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Splatterhouse 2: The Sounds of Madness

Burdened by the limited soundboard qualities of the 16-bit generation, though in turn expressing a charm and inventiveness of its own, the would-be synthesizer notes could never hold the amplification and weight of their analogue brothers, but, and much to the writer’s credit, the midi-keyboard does bestow a superb backdrop against which murder and monstrosities unfold. The musical score to Splatterhouse 2 remains largely uncared for. It’s time to give acknowledgment where it’s owed.

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A sequel to the arcade game Splatterhouse, Namco’s return to this supernatural dimension saw Rick Taylor once again don the Terror Mask in a bid to save his girlfriend Jennifer from the putrefied clutches of Dr. West. Remembered warmheartedly by many, the sequel improved on all elements from the original. To skip to the end: it remains one of the finest horror video games to date.

Opening with the Ruins of West Mansion, composer Milky Eiko (an entity I can find no concrete information on) immediately sets the scene by drawing together a piece that plays out as a collaboration between John Carpenter and Fabio Frizzi. The sharpened entry keys are soon splashed with deep, murky synthesizer notes, wasting no time in setting the picture. This is pitch-perfect with the story itself: throwing you straight into the chaos outside of Dr West’s mansion ruins. Avoiding self-destructive irony, Namco took lucid influences from cinema and ran screaming with them to great effect.

Foul River follows a similar pattern in construction. The low, ebbing bass line runs under the piano keys providing the core foundation. Escape From The Void takes motifs from earlier sequences and picks up the pace, offering the hope of a happier ending once the final sprint from the blasted abominations is over. Fighting the undead is bad enough; going to hell and back is something else entirely.

The amount of variations and moods built around the key themes add a unique touch that was similar to the method cinema is scored. The opening scenes of key chapters in the story are complimented in various manors as events unfold and newly emerging landscapes cause a transferal in sound. For these reasons it was perhaps unaware of being ahead of its time. Whilst the gameplay was admittedly a little sluggish – again, in itself becoming part of the atmosphere – Eiko’s score could be considered forward thinking.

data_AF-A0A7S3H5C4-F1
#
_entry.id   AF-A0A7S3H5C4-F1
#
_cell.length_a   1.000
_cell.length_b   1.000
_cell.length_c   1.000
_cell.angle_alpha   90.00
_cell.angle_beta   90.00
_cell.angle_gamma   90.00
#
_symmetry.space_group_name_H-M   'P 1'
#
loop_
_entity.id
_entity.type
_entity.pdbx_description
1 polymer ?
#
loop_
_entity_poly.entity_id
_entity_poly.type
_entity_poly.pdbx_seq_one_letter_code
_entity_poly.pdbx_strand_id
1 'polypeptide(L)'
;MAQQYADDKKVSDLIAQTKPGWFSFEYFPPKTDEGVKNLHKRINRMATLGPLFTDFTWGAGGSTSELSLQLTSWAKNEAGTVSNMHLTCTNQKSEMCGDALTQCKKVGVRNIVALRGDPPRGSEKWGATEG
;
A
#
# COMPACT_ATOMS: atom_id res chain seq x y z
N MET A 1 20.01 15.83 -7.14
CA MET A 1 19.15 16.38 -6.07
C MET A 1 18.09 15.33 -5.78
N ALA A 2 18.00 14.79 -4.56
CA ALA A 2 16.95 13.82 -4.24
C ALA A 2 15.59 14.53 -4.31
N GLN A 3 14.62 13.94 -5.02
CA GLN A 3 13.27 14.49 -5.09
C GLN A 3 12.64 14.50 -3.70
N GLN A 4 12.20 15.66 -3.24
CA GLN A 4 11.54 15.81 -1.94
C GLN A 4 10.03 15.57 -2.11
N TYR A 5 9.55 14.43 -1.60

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If there are limitations to the harmonies then this is inherent to the medium at the time, and still exists in many cases. The standard 4-by-4 rhythm found in pop(ular) music, which is derived from a basic template believed to stem from the safe sound of the heartbeat when in the womb, is used consistently. Once used to make nursery rhymes easy to learn, it has been adapted into the world of structurally entry-level music for those now old enough to know better, or, in this case, stay indoors and smash Dr West’s melting face through, against, and all over the nearest bookcase.

As such, the experimental or avant-garde elements that could be found in Giuliano Sorgini’s score to The Living Dead at Manchester Morgue or Elsio Mancuso and Berto Pisano’s whacked-out synthesiser jams for Andrea Bianchi’s sleaze-fest Burial Ground are absent. The flowing notes never break format or oscillate wildly into free-formed and adventurous experimentation. But it must be stated that Milky Eiko’s work here was much more advanced and fitting than a lot of titles at that time that saw music as an afterthought.

Come to think of it, attitudes towards the importance of sound in the video game industry haven’t changed much. There are those that try hard, but the critics’ obsession with guns and graphics results in little review space left to appreciate the aesthetic music arrangements. It’s a shame. There’s clear evidence in the film industry, the very industry the bigger gaming companies are trying to imitate, that sound and music are a vital and integral organ during development, especially if you want your art to not disappear and never be mentioned again a few weeks after release.

Even now, soundtracks to cult cinema are still in high demand. What we need is the video game equivalent of a John Carpenter, Ennio Morricone, Fabio Frizzi or Riz Ortolani. A composer who will keep to their beliefs, demand the trust of the team for creative independence and give birth to an entity truly unique. Perhaps it’s more a question of trust in this industry, or simply that musical composition remains an afterthought in the development lifeline.

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Whenever I listen to a great soundtrack it makes me want to watch the film itself. The power of an effective score should not be underestimated. Listening back to Splatterhouse 2‘s harmonies makes me want to dust off the Megadrive once more. It’s for this very reason that Milky Eiko’s symphony remains daring and innovative.

As I wrote previously, finally reaching the end of the story after a ten year break was a wonderful moment. Playing the genre cliché of the end fight never genuinely being the very last, it was down to Rick and me to put one final fist into one of the many faces of that floating daemonic absurdity. Finally, the beast fell. The victorious notes rang out through the clean, shoreline air. Birds began to sing again, free of terror. Then a complete ode to Walter Rizzati’s score from Lucio Fulci’s House by the Cemetery rang out in all its midi-keyboard glory, and I welled-up. Beautiful.

The author of this fine article

is the Deputy Editor at Thunderbolt, having joined in December 2010. Get in touch on Twitter @shaneryantb.

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